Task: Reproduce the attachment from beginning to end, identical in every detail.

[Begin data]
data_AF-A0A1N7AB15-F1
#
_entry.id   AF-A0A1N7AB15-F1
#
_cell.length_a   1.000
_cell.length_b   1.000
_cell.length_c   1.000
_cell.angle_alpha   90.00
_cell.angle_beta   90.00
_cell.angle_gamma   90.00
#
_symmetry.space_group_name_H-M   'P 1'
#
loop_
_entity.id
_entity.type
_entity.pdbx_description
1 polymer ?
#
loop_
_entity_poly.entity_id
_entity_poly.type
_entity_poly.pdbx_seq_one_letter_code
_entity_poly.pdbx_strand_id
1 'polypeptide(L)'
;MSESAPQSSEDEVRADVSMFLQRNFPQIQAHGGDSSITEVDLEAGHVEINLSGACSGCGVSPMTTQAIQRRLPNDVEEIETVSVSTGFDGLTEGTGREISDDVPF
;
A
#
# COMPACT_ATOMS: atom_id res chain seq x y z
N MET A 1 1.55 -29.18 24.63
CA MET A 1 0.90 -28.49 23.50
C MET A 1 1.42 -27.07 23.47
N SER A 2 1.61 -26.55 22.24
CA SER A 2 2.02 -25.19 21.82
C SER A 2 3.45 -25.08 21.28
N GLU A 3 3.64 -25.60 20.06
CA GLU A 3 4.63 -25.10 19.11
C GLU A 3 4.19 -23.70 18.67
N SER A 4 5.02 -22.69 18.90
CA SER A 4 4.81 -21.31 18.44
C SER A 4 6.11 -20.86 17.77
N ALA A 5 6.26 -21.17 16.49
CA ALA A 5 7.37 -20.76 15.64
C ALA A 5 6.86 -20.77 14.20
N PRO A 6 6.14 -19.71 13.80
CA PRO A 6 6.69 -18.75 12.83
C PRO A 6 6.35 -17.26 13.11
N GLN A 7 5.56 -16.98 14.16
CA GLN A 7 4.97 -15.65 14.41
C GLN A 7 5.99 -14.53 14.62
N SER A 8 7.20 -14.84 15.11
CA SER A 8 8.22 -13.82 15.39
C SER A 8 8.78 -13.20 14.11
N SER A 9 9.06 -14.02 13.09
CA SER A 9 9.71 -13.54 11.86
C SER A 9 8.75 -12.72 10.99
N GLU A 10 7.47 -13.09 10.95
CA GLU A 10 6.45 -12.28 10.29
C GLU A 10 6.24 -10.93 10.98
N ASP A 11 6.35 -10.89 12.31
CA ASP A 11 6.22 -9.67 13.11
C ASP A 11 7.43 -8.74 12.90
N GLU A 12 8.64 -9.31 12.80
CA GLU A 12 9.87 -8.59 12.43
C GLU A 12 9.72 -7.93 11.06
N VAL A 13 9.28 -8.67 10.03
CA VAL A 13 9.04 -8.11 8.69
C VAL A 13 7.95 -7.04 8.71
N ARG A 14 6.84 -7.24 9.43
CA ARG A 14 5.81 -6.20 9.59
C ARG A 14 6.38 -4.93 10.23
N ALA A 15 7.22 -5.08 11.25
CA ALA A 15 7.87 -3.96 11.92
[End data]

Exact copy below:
data_AF-A0A1N7AB15-F1
#
_entry.id   AF-A0A1N7AB15-F1
#
_cell.length_a   1.000
_cell.length_b   1.000
_cell.length_c   1.000
_cell.angle_alpha   90.00
_cell.angle_beta   90.00
_cell.angle_gamma   90.00
#
_symmetry.space_group_name_H-M   'P 1'
#
loop_
_entity.id
_entity.type
_entity.pdbx_description
1 polymer ?
#
loop_
_entity_poly.entity_id
_entity_poly.type
_entity_poly.pdbx_seq_one_letter_code
_entity_poly.pdbx_strand_id
1 'polypeptide(L)'
;MSESAPQSSEDEVRADVSMFLQRNFPQIQAHGGDSSITEVDLEAGHVEINLSGACSGCGVSPMTTQAIQRRLPNDVEEIETVSVSTGFDGLTEGTGREISDDVPF
;
A
#
# COMPACT_ATOMS: atom_id res chain seq x y z
N MET A 1 1.55 -29.18 24.63
CA MET A 1 0.90 -28.49 23.50
C MET A 1 1.42 -27.07 23.47
N SER A 2 1.61 -26.55 22.24
CA SER A 2 2.02 -25.19 21.82
C SER A 2 3.45 -25.08 21.28
N GLU A 3 3.64 -25.60 20.06
CA GLU A 3 4.63 -25.10 19.11
C GLU A 3 4.19 -23.70 18.67
N SER A 4 5.02 -22.69 18.90
CA SER A 4 4.81 -21.31 18.44
C SER A 4 6.11 -20.86 17.77
N ALA A 5 6.26 -21.17 16.49
CA ALA A 5 7.37 -20.76 15.64
C ALA A 5 6.86 -20.77 14.20
N PRO A 6 6.14 -19.71 13.80
CA PRO A 6 6.69 -18.75 12.83
C PRO A 6 6.35 -17.26 13.11
N GLN A 7 5.56 -16.98 14.16
CA GLN A 7 4.97 -15.65 14.41
C GLN A 7 5.99 -14.53 14.62
N SER A 8 7.20 -14.84 15.11
CA SER A 8 8.22 -13.82 15.39
C SER A 8 8.78 -13.20 14.11
N SER A 9 9.06 -14.02 13.09
CA SER A 9 9.71 -13.54 11.86
C SER A 9 8.75 -12.72 10.99
N GLU A 10 7.47 -13.09 10.95
CA GLU A 10 6.45 -12.28 10.29
C GLU A 10 6.24 -10.93 10.98
N ASP A 11 6.35 -10.89 12.31
CA ASP A 11 6.22 -9.67 13.11
C ASP A 11 7.43 -8.74 12.90
N GLU A 12 8.64 -9.31 12.80
CA GLU A 12 9.87 -8.59 12.43
C GLU A 12 9.72 -7.93 11.06
N VAL A 13 9.28 -8.67 10.03
CA VAL A 13 9.04 -8.11 8.69
C VAL A 13 7.95 -7.04 8.71
N ARG A 14 6.84 -7.24 9.43
CA ARG A 14 5.81 -6.20 9.59
C ARG A 14 6.38 -4.93 10.23
N ALA A 15 7.22 -5.08 11.25
CA ALA A 15 7.87 -3.96 11.92